Aloe tongaensis is a medium-sized, slow-growing, upright tree succulent with heavy branching stems that can grow up to 12 feet tall and 6 feet wide. The plant bears thin, 18-inch long pale green rubbery leaves that often take on an orange hue during the winter months. The flowers, which are its primary distinguishing feature, grow on short, multi-branched inflorescences and are topped with short, almost capitate racemes of yellow-orange flowers, all facing up until opening at which time they drop downward. The plant is originally from Mozambique and is evergreen, with low water needs and requiring full sun exposure. It is hardy to around 22°F and blooms in late winter, with puffy orange/apricot flowers.
The plant was initially thought to be a form of the Aloe barberae, a tree aloe that grows in the summer rainfall eastern regions of southern Africa. However, it was identified by John Lavranos as the Mozambique form of Aloe barberae and later named Aloe tongaensis in 2010. The plant is also now known as Aloidendron tongaense.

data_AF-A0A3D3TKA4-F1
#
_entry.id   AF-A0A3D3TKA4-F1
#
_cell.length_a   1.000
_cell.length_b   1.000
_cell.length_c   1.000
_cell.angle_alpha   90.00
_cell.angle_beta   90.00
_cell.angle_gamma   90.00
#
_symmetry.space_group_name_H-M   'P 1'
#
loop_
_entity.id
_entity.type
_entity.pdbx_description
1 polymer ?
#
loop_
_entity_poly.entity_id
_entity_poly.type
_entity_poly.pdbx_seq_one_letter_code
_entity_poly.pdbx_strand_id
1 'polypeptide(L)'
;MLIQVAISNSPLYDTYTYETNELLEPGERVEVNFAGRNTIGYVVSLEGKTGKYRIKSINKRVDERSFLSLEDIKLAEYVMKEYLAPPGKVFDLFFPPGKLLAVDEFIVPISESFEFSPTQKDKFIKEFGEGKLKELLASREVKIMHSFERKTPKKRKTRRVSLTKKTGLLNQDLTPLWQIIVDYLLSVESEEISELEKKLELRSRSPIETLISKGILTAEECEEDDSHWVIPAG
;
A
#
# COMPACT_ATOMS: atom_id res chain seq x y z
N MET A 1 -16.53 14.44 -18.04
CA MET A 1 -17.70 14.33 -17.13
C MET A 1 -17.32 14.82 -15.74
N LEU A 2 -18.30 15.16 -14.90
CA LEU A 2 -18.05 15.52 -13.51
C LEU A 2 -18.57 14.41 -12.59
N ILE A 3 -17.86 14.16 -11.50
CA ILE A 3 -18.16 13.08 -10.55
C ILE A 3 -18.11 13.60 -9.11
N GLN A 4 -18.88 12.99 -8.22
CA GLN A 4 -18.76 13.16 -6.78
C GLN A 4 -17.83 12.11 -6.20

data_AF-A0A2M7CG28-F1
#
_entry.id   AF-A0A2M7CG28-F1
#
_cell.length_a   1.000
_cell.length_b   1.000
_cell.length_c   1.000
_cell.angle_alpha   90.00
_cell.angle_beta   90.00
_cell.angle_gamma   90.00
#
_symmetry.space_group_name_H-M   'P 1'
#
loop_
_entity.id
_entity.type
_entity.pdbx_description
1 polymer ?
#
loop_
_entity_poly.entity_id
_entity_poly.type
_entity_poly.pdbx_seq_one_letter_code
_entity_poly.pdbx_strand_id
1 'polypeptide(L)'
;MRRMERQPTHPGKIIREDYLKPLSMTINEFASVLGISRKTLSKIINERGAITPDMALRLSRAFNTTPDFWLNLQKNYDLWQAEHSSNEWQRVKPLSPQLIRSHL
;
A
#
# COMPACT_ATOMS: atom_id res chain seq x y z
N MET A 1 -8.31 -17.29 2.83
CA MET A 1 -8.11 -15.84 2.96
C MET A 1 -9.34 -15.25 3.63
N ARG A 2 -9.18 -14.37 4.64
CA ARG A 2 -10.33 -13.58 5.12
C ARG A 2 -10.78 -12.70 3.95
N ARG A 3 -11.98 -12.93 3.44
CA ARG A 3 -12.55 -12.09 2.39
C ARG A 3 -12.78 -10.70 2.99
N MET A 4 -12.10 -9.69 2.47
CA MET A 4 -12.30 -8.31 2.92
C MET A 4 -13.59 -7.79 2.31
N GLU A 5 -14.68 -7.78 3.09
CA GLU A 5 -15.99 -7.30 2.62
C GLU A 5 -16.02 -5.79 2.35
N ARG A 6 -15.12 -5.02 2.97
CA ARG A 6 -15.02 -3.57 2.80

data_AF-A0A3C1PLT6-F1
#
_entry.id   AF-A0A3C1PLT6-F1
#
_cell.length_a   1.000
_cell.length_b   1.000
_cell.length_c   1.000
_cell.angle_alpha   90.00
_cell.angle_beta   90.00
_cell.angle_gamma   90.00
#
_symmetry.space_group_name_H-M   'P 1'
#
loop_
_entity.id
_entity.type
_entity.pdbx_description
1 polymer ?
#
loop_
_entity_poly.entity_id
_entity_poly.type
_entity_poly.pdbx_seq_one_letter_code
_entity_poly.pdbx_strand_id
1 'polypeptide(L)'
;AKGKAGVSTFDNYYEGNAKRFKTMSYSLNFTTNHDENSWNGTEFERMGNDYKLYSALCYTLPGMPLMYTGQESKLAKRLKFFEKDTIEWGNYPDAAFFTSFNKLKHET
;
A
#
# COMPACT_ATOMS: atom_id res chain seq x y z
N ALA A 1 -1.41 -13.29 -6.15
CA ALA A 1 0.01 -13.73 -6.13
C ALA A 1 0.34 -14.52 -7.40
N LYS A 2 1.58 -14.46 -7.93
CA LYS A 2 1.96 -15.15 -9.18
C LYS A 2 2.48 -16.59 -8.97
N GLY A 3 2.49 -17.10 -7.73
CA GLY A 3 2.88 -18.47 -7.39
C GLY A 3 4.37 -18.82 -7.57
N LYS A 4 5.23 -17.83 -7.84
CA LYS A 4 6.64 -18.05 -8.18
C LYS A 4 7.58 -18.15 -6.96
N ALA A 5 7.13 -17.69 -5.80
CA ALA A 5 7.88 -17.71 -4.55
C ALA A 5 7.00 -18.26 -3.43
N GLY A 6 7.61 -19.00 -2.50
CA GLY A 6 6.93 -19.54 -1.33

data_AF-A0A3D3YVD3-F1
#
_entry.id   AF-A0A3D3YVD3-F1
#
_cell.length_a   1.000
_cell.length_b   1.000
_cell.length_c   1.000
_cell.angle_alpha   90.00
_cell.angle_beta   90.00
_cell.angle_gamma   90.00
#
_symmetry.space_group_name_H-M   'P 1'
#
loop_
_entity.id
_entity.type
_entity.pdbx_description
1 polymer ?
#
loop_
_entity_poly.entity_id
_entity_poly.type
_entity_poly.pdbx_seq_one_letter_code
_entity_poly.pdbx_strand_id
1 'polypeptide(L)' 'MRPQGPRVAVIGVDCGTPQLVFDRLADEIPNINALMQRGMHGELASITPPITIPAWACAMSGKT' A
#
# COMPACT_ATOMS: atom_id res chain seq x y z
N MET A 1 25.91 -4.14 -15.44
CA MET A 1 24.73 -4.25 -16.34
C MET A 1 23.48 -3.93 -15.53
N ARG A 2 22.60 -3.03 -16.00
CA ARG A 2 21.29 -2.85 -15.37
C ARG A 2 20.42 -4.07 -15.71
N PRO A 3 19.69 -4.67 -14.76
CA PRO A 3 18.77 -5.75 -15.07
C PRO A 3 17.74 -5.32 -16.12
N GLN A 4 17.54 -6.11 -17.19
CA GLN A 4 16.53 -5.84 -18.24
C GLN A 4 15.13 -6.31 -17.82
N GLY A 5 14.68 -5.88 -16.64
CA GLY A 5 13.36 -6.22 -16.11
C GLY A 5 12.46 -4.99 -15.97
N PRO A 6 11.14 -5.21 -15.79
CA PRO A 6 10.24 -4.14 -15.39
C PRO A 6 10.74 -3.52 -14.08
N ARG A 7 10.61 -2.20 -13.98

To grow Aloe tongaensis, plant it in a well-drained soil and water and fertilize it in the warm months to speed up its growth. The plant can tolerate having water withheld, but it grows very slowly. The best time to propagate it is in the spring and summer using stem cuttings, which should be allowed to dry for a few days before planting. The plant is susceptible to aloe mites and is highly cold-sensitive, so care should be taken to protect it from frost.